A new year is upon us again, and apparently to be one of the last if our truthsayers Stanford and Chiappalone are to be believed. In the spirit of giving, should any readers be interested in being brainwashed, and regrettably that may include some, a sheet of affirmations written by Stanford and Chiappalone is available below, thoughtfully emailed by a reader with connections to their compound during the 80’s and 90’s in Far North Queensland, Annwn as it was known.
There would be nothing necessarily wrong with trying to impress a certain mindset through a technique such as this, the use of affirmations, phrases which are repeated over and over again. It’s used in sport psychology probably, as well too in military training, in religion generally, and even in media and advertising in a sense – conditioning the mind. But what is the nature of the conditioning these affirmations are intended to bring about and what do they reveal? Bearing in mind these would have been recited by the members of the compound regularly.
One of the concerning elements is the apparently innocent, repeated devotion and commitment required of followers of Stanford and Chiappalone, to the divine being of purity. It is no secret that the duo sees themselves effectively as messiahs, as the expressions of the power to whom commitment is made, and thus to them as people. The
“totally committed”, “total confidence”, “belief”, “will”, “surrender totally” and “service”
are in effect towards Stanford and Chiappalone themselves. Followers are reinforcing submission of themselves to their leaders. This kind of phenomenon is apparently not uncommon in cults, the situation of course to which this points.
Following immediately from the above,
“the family of light is united and harmonious”.
Could the family of light, at least most directly, the core of the family, be those at the compound at Annwn itself. It’s a difficult task to create an artificial and highly controlled environment absent of reason and often income in which people from various walks of life live together on the same property, as numerous accounts of other cults would attest, their downfall usually resulting from growing disharmony. This would explain the emphasis on “harmony”.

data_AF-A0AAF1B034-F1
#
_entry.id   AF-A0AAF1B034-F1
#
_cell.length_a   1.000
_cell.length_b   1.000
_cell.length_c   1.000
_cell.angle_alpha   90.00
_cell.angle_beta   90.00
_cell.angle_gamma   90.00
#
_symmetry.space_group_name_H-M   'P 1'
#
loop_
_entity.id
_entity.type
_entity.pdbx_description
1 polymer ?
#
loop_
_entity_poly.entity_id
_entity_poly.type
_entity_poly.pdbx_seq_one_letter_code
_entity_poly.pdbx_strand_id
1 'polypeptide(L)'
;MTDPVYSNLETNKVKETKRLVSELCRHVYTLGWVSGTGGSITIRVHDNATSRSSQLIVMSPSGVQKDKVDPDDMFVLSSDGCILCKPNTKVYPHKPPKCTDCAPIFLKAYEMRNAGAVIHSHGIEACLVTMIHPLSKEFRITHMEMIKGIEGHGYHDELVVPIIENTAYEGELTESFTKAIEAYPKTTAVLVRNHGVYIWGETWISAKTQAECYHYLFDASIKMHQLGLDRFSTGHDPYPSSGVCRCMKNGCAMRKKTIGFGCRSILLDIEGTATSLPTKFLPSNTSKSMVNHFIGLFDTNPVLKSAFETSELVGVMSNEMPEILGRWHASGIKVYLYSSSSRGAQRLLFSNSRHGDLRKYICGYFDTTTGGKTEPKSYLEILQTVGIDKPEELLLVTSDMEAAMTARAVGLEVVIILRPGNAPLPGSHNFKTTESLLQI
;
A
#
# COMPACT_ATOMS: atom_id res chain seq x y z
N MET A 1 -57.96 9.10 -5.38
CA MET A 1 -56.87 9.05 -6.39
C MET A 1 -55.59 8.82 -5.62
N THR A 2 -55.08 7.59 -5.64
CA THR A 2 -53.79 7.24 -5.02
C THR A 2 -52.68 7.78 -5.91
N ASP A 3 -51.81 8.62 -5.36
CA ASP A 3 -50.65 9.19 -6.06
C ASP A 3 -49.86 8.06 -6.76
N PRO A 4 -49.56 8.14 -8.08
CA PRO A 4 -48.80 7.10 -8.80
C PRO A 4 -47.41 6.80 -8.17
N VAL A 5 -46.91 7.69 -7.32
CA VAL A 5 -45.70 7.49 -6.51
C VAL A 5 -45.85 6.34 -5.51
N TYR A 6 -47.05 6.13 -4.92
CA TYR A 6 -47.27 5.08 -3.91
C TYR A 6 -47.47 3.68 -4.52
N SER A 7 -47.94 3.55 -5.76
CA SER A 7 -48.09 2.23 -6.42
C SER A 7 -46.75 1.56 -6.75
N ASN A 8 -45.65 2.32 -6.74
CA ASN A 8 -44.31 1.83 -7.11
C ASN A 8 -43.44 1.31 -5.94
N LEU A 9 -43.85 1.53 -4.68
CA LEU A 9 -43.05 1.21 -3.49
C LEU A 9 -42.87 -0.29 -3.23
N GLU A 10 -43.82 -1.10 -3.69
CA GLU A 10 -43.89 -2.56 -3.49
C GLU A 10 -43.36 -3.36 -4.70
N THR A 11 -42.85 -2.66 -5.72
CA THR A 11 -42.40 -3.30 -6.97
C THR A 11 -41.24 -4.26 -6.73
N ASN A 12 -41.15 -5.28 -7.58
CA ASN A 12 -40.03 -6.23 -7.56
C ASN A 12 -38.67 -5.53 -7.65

It’s interesting to note that it’s not “my will” is the will of the divine being of purity, but “our will“, which points to the purpose being to replace individual will with shared will of the family. The sort of condition that might occur in military boot camp. But this is a camp of a different sort, though not too different sharing in common a preoccupation with “enemies“. Also note the use of “family“, which is also used in military training (and “mother” elsewhere). The family of cult replaces that of natural biological kin, a sure sign of the makings of a cult.
An almost socialist theme comes across in
“joyous, strong and happy in service”.
This relates to keeping the harmony, and feeling good about being put to work as selfless surfs in an agricultural environment on the Atherton Tablelands. Given human nature, it’s likely this ideal vision would not have been fully realised, with at least some resentment common among followers.
The most fundamental reality even for a group on a mission from god, is being able to support itself, given that living requires resources and resources cost money. And cutting to chase in the final clauses, not far from “clear cut victory is ours”, a common sentiment particularly in the context of battle, is
“all our needs are provided”.
A quest does not exist unless they are. Presumably as with most cults, followers contributed their life savings, and this would be easily managed by those in control given the first point, that followers were in complete submission – everything even their will given over in ‘service’. A financial service in this case.